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Jacob

Rachel Weeps in Ramah: Of All the Patriarchs, God Listens Only to Her

Rachel weeps over her exiled descendants and God hears her plea (Jer 31:14–16). Expanding on this passage, the rabbis in Midrash Eichah Rabbah envision Jeremiah awakening the patriarchs and Moses to plead with God to have mercy on Israel. Upon their failure to move God, the matriarch Rachel intervenes successfully.

Prof.

Hagith Sivan

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Moses and the Fugitive Hero Pattern

The story of Moses follows a pattern that is typical of ancient Near Eastern fugitive hero narratives. However, when Moses goes to Mount Horeb, the plot deviates from the usual “divine encounter” feature. What does this tell us about the composition of the story of Moses and the Burning Bush?

Prof.

Edward L. Greenstein

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Jacob's Journey to Mahanaim and Penuel in J and E

The merging of two different accounts of Jacob’s return home is reflected in the double etymologies for Mahanaim and Penuel. Why do both sources have Jacob pass through these two cities one after the other? The answer lies in geography.

Dr.

David Ben-Gad HaCohen

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Israel's History as a Family Narrative

Behind the story of Jacob’s struggle with his older twin Esau, stands a political allegory, reflecting how Israel (=Jacob) first dominated Edom (=Esau) in the 10th-9th centuries and then lost control over it in the late 8th century.

Prof.

Marvin A. Sweeney

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Jacob’s Multiple Death Scenes

Bringing Parashat Vayechi to Life

Dr. Rabbi

Zev Farber

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"Esau Hates Jacob": But Is Antisemitism a Halakha?

Esau kisses Jacob upon the latter’s return from Haran. Famously, in the Torah scroll, the word kiss is dotted, implying that his kiss may have been more (or less) than just a kiss. Nevertheless, perhaps in this case, “a kiss is but a kiss.”

Prof. Rabbi

Marty Lockshin

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The Proto-Story of Shechem and Jacob's Daughter

Turning the brothers’ unprovoked attack on Shechem into Simeon and Levi’s rescue of Dinah

Dr. Rabbi

David Frankel

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Primeval Coats

Clothing, beginning with Joseph’s coat, functions both as a marker of distinction and as the source of undoing in the Joseph story. Pirkei de-Rabbi Eliezer adds layers of history to this coat: it is the original garments made from the sloughed skin of the serpent that God gave to Adam and Eve, which was then worn by Nimrod, Esau, and Jacob. Midrash Tanchuma claims it to be the (future) High Priest’s tunic.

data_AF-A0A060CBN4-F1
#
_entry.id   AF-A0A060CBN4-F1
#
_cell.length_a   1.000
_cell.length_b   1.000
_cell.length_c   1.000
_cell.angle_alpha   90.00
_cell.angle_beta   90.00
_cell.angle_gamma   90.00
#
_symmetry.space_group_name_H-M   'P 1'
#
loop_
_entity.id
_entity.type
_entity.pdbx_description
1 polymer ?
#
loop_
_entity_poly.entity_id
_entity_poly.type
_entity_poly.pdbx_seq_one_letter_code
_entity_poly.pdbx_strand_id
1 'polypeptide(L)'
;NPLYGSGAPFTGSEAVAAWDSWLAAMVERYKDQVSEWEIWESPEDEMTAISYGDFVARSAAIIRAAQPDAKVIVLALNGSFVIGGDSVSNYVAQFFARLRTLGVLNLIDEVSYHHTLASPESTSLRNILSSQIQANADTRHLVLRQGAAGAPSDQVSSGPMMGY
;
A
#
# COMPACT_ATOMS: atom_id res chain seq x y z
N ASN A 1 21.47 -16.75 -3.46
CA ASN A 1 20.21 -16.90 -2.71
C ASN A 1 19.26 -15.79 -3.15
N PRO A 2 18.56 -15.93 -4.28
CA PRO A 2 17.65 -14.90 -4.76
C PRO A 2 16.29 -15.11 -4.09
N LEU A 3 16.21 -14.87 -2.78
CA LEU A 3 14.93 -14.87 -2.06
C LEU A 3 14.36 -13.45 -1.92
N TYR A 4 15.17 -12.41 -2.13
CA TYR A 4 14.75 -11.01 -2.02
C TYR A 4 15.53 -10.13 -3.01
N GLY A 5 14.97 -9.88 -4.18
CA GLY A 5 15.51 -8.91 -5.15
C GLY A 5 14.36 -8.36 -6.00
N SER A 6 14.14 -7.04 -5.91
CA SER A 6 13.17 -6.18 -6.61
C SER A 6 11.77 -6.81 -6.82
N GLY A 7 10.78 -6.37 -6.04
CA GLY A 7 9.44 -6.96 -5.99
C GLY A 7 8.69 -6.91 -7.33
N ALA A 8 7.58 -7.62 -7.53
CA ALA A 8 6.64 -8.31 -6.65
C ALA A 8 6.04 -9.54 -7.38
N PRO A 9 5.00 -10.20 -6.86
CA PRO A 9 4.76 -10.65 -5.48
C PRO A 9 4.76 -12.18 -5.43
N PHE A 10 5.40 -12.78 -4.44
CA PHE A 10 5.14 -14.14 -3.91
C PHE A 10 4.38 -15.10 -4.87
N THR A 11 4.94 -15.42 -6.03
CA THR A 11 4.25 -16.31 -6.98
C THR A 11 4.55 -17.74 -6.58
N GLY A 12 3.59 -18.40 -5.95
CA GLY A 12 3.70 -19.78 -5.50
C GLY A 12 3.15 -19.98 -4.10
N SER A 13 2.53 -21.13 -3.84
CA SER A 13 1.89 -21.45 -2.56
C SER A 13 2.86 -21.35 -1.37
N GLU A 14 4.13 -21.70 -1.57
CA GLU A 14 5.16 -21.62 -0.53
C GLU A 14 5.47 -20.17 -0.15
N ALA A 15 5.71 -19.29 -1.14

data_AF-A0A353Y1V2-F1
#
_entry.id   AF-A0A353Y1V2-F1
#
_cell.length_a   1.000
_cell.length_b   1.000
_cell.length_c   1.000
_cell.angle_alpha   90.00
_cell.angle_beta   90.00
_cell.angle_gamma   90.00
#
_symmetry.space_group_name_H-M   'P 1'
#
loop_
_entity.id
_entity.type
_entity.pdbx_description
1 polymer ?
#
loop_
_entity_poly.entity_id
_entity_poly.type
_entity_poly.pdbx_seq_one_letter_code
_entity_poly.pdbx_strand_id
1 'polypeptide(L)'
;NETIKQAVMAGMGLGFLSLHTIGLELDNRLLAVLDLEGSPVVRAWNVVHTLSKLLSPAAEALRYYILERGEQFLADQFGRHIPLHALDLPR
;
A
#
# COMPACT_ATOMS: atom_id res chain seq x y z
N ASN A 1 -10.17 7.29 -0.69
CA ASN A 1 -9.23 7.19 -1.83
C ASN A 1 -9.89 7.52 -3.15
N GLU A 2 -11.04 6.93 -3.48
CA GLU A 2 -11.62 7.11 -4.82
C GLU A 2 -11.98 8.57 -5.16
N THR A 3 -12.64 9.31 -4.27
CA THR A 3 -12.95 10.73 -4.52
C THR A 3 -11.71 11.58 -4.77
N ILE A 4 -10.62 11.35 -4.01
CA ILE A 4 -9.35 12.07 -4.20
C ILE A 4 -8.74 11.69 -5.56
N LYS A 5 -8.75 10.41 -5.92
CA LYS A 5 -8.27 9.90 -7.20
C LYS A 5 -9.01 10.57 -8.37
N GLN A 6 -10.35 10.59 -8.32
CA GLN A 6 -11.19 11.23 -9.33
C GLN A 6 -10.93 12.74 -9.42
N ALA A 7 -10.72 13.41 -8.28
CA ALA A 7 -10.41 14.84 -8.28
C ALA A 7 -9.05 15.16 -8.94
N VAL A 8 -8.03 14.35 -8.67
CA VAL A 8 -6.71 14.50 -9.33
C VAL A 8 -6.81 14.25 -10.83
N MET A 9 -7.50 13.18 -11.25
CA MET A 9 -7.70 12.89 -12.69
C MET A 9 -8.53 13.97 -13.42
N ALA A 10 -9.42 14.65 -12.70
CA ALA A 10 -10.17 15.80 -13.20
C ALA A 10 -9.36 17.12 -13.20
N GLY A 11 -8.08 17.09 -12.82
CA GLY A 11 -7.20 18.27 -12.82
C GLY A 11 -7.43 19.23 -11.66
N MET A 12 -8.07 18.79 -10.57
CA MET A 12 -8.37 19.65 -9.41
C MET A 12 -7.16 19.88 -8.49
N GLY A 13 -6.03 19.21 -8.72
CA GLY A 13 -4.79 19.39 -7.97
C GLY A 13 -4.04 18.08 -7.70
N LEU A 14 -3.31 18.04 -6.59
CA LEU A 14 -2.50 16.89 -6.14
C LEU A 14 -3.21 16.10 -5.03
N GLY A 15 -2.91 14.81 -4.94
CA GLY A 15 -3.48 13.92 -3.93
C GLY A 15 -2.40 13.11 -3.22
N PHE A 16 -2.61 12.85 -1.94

Dr.

Rachel Adelman

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Why Is Esau's Kiss Dotted?

Esau’s kiss to Jacob is written with scribal dots over the word וַׄיִּׄשָּׁׄקֵ֑ׄהׄוּׄ, “and he kissed him.” Traditional commentators suggest this hints to Esau’s feelings or state of mind. Critical scholarship, however, points to something much more prosaic, a question of syntax.

Prof.

Albert l. Baumgarten

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“All of Jacob’s Descendants Numbered Seventy-Five”: The Opening of Exodus in the Dead Sea Scrolls

The Book of Exodus begins with an accounting of the members of Jacob's family who went with him to Egypt. Our Torah, the Masoretic Text, lists 70 people. Dead Sea Scroll manuscript 4QExb, however, records 75 people. How do we account for this and other differences between the texts?

Prof.

Marc Zvi Brettler

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The Source of Jacob's Two Blessings

Project TABS Editors

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Anxiety over Twins: Anthropological Insights into the Story of Jacob and Esau

Dr.

Kristine Henriksen Garroway

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A Parasha Pregnant with the Past, Present, and Future of Israel's Protagonists

Three distinct themes in Parashat Vayetzei are intertwined: Jacob’s encounter with God at Bethel, the birth of Jacob’s sons, and Jacob’s departure from Haran. 

Prof.

Zvi Ben-Dor Benite

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